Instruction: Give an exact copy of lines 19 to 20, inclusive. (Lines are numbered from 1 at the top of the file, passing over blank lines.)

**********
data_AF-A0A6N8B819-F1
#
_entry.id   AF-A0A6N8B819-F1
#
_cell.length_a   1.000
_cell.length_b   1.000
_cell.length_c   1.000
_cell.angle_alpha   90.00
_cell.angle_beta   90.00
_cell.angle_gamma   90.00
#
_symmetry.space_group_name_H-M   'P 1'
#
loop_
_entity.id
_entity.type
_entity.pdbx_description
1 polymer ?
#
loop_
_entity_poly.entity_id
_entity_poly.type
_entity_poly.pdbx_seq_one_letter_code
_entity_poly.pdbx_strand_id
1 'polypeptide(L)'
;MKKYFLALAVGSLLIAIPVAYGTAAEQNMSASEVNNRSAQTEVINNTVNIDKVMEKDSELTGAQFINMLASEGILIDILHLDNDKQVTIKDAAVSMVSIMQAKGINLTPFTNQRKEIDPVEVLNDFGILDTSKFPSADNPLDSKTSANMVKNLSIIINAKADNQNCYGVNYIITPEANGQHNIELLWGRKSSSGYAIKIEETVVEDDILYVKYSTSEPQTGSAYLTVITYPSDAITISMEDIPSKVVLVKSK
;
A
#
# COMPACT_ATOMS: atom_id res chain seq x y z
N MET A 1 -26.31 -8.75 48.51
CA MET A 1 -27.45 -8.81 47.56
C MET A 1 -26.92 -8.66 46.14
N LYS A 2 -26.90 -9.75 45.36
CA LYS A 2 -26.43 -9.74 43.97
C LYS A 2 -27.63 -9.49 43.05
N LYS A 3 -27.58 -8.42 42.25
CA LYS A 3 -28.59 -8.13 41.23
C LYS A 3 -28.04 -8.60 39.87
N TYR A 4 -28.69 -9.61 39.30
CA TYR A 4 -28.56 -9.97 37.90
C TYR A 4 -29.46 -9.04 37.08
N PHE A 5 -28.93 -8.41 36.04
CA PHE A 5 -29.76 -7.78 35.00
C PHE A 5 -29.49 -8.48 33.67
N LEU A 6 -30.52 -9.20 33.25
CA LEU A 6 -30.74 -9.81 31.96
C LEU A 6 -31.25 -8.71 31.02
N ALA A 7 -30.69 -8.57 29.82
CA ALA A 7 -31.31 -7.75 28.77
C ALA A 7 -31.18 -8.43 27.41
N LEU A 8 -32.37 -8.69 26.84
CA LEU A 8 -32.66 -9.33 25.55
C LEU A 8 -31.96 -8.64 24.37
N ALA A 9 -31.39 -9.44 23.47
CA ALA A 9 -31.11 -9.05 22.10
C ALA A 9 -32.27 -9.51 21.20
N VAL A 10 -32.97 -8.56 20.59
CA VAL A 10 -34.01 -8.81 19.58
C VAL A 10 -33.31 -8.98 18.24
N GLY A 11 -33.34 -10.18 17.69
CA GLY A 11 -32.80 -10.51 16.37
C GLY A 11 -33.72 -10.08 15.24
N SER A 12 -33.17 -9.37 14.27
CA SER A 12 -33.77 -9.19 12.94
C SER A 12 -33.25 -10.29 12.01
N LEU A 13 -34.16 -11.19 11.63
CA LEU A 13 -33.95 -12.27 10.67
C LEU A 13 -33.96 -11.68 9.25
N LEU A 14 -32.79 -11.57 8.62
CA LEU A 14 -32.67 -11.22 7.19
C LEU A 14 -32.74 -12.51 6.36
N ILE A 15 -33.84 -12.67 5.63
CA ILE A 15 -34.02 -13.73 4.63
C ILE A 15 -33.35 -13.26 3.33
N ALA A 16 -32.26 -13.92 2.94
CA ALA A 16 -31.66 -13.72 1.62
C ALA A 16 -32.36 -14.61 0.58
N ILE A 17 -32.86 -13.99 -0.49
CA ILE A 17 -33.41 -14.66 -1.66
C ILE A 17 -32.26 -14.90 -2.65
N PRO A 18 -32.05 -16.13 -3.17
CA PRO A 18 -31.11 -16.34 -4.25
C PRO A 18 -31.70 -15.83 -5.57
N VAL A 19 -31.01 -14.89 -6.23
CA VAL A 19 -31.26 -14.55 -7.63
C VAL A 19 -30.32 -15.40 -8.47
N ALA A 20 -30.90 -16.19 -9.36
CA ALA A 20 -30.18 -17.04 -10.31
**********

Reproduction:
#
loop_